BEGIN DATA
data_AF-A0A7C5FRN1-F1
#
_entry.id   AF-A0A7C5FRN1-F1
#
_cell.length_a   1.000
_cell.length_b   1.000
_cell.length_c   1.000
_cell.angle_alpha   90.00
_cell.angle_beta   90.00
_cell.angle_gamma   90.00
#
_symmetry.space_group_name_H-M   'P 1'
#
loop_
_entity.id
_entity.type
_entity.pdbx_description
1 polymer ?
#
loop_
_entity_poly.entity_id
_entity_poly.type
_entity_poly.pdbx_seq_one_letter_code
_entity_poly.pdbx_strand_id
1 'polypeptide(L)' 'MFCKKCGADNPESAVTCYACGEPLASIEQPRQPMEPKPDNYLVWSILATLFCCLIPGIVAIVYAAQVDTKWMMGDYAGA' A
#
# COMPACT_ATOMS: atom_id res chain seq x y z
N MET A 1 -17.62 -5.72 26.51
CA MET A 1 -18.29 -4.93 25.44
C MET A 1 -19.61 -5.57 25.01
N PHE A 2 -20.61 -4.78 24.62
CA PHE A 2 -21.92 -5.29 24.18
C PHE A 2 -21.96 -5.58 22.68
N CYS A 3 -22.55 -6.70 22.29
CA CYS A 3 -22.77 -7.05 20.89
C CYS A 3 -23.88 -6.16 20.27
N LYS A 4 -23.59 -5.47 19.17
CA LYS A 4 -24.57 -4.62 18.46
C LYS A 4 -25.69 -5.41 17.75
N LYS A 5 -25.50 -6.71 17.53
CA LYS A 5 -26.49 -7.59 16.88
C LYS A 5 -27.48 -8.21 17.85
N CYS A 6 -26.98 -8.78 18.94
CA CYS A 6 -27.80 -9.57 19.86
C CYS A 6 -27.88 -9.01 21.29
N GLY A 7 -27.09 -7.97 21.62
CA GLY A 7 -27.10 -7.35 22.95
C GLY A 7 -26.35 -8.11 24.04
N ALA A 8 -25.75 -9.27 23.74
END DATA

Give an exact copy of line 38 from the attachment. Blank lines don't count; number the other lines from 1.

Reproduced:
CA LYS A 4 -24.57 -4.62 18.46